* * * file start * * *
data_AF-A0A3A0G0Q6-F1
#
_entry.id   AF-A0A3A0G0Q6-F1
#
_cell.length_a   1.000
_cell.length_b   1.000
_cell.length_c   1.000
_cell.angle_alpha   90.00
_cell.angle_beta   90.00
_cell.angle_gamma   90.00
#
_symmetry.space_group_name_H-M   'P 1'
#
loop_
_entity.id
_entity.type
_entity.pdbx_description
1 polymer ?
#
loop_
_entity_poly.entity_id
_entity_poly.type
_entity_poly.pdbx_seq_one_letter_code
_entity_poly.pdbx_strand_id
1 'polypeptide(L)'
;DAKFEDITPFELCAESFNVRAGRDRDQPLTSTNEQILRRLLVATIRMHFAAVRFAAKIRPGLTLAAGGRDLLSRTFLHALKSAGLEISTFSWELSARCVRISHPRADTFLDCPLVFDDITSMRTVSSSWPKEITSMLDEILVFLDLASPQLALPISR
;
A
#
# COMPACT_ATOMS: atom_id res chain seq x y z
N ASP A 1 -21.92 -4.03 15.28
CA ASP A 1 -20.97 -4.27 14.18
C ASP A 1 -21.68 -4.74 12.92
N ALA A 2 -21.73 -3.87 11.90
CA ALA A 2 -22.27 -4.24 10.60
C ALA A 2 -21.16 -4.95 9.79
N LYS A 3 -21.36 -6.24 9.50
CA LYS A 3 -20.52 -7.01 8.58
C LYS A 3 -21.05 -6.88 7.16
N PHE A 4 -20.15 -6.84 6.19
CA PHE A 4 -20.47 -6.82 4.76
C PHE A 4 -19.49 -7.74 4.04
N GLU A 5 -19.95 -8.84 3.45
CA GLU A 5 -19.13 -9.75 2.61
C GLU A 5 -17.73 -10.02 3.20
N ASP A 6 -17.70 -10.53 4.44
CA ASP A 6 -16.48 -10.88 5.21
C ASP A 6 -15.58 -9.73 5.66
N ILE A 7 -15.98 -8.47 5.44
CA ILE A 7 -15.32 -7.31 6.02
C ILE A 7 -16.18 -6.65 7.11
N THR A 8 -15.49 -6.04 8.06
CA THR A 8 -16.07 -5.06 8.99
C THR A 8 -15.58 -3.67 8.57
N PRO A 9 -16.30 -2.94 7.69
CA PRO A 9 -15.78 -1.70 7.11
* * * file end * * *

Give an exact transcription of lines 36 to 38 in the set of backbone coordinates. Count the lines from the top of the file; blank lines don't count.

C ALA A 2 -21.16 -4.95 9.79
N LYS A 3 -21.36 -6.24 9.50
CA LYS A 3 -20.52 -7.01 8.58